Figure 4 reports TFR1 calculated from vital registration for Hispanic/Mexican women by nativity between 1990 and 2005. Once again, results document dramatic anomalies for immigrants. For U.S.-born Hispanic/Mexican women, TFR1 is close to constant over the period and hovers around 0.8, a rate very similar to that observed among non-Hispanic white women (not reported). The TFR1 for immigrant Hispanic/Mexican women, on the other hand, is above 1 for the entire period of 1990–2005, which is literally impossible. The shape of the curve, which declines from 1990 to 2000 and then rises again, is similar to the overall trend in TFR and likely also reflects errors in estimating the size of the foreign-born population. Regardless, TFR1 for immigrant women is so far above unity (1.8 and 1.6 for Mexican women in 1990 and 2000, respectively) that the average for Hispanics as a whole (including U.S.-born women) is also above unity throughout the period.
The main mechanism undergirding the disruption in period TFR1, and consequently overall TFR estimates, is the close association between migration and family formation. Figure 5 documents this association. The figure uses retrospective fertility information from the 2002 NSFG to construct fertility rates by age cohort according to time in the United States. The x-axis represents time since arrival, with 0 indexing rates before and after migration. In a pattern consistent with the one observed in Europe, fertility rates among immigrant Hispanics are low before migration but rise dramatically after arrival, peaking during the first five years in the United States and subsequently declining rapidly, independent of age. As a result, timing issues among immigrant women, combined with rapid immigration, are in large part responsible for the inflation of period fertility estimated for the Hispanic/Mexican population.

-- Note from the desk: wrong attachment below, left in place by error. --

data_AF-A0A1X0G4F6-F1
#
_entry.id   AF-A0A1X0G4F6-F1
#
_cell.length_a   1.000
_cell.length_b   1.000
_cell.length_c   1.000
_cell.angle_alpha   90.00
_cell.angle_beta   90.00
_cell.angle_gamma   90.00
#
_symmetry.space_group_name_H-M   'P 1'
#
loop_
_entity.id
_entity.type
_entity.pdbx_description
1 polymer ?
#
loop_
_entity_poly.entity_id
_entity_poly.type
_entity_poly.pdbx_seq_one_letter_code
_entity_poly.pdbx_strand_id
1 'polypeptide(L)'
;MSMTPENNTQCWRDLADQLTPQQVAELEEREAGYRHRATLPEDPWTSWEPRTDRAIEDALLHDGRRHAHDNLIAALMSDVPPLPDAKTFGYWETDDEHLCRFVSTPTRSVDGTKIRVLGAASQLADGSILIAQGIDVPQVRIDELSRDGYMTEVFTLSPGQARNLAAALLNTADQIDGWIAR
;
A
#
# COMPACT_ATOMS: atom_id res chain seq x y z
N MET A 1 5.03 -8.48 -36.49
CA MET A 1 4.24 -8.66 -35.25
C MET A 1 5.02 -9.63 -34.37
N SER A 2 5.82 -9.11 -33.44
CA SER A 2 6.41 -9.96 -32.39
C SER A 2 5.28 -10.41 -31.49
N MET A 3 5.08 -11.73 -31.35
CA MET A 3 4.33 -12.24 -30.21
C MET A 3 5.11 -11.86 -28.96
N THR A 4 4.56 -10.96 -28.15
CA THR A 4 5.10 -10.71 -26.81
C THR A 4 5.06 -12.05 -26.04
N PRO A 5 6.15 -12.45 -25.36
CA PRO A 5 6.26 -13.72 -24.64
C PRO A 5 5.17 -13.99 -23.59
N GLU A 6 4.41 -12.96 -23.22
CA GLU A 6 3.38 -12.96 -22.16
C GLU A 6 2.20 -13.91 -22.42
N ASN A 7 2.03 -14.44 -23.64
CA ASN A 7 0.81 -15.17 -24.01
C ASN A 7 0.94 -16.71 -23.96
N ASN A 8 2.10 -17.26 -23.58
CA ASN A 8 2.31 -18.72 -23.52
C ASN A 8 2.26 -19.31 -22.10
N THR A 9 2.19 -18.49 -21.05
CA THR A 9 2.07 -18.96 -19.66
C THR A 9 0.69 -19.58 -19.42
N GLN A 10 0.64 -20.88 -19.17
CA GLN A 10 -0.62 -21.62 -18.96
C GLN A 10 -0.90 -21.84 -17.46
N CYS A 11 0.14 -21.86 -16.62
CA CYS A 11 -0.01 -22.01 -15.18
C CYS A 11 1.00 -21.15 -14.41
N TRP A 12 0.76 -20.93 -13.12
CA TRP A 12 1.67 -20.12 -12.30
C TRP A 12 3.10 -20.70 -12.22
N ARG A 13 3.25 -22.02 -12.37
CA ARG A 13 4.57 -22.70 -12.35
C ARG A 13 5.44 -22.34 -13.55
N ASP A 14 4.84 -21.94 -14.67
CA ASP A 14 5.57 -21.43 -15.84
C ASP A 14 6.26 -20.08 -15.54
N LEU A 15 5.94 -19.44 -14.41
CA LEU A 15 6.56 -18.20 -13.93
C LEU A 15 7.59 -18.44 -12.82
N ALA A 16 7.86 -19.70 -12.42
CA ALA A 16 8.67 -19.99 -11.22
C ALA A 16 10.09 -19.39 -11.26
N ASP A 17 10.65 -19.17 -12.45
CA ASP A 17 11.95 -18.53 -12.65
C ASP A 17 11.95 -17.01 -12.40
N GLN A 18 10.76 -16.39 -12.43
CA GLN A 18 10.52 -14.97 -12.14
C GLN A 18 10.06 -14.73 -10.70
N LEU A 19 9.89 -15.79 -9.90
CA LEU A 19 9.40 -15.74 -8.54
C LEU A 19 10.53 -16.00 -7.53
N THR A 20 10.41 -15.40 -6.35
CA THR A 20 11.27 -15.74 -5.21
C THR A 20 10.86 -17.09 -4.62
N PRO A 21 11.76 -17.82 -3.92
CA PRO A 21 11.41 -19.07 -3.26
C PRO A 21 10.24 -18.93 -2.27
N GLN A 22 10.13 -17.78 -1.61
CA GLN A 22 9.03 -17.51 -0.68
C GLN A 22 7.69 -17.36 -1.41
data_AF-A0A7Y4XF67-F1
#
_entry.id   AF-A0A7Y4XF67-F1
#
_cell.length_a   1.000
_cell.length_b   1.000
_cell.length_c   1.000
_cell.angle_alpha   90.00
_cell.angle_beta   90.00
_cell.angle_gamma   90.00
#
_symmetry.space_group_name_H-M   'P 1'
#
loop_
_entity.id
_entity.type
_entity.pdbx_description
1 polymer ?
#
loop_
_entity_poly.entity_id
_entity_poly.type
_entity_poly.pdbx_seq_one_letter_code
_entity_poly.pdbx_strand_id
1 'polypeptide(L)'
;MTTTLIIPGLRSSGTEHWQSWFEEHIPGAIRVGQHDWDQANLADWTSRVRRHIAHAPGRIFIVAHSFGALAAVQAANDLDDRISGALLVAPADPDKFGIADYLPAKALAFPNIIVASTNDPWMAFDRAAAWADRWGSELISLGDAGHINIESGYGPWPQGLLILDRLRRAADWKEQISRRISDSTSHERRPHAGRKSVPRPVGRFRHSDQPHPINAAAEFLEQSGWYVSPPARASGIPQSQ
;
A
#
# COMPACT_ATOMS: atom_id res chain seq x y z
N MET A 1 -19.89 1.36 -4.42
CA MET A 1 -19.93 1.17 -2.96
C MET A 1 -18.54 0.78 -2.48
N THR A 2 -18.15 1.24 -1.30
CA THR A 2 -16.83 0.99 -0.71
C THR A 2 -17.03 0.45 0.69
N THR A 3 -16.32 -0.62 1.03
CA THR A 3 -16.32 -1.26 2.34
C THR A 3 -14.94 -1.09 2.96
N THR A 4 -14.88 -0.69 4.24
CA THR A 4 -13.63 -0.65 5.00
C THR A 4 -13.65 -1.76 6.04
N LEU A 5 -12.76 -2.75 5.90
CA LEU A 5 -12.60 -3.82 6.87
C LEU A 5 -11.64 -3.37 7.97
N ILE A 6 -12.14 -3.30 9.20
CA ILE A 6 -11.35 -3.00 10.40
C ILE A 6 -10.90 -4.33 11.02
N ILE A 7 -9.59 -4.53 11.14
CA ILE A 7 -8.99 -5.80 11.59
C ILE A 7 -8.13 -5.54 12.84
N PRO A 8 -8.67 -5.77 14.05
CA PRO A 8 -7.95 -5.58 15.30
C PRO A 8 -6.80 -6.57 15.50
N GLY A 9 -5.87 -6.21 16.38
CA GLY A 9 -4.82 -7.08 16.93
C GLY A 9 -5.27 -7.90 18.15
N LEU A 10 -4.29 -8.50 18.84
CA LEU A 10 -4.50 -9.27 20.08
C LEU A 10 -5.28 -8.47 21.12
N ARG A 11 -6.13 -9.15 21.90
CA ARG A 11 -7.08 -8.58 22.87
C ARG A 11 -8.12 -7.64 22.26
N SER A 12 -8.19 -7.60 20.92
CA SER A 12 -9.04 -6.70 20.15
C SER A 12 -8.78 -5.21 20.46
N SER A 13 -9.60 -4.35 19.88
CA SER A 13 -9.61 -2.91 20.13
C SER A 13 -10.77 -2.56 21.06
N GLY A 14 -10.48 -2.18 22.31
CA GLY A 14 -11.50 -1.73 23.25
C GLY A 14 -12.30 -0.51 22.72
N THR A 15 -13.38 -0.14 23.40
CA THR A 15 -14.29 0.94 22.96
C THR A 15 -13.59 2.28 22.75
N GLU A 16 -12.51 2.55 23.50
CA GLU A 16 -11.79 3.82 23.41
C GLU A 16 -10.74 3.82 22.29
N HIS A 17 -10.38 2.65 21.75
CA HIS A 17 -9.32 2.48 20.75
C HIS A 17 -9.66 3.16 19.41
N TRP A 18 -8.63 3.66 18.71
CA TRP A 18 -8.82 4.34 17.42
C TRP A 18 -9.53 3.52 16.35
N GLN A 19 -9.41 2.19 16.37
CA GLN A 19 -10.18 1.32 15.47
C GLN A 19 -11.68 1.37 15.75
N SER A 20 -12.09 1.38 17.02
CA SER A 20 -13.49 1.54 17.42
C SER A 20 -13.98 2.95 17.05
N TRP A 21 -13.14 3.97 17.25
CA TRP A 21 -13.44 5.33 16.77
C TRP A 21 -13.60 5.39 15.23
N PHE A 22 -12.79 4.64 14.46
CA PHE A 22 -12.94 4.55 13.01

As a corollary, the finding implies that the regional differences in Hispanic fertility observed across the United States are in large part the product of the relative size of the immigrant population and its recency of arrival. Regional disparities in fertility behavior have garnered increased attention in recent years as the Hispanic population has dispersed to new destinations across the United States. One concern is that Hispanics’ high fertility will rapidly alter the racial/ethnic makeup of local communities. Figure 6 plots estimates from vital registration reports (Sutton and Mathews 2006) of TFR and TFR1 according to the share of Hispanic immigrants who arrived recently (i.e., during the previous five years) according to estimates from the 2000 census. Results show that state-level variation in fertility rates is positively associated with the size of the recently arrived immigrant population. Moreover, the association is very close to linear. To illustrate, New Mexico has the smallest share of recently arrived immigrants, 6.4%, and the TFR for the Hispanic/Mexican population is around 2.3 for both groups. At the other extreme, in North Carolina, 51.1% of Hispanic immigrants arrived recently, and the Hispanic/Mexican TFRs are estimated at 3.7 and 4.4, respectively.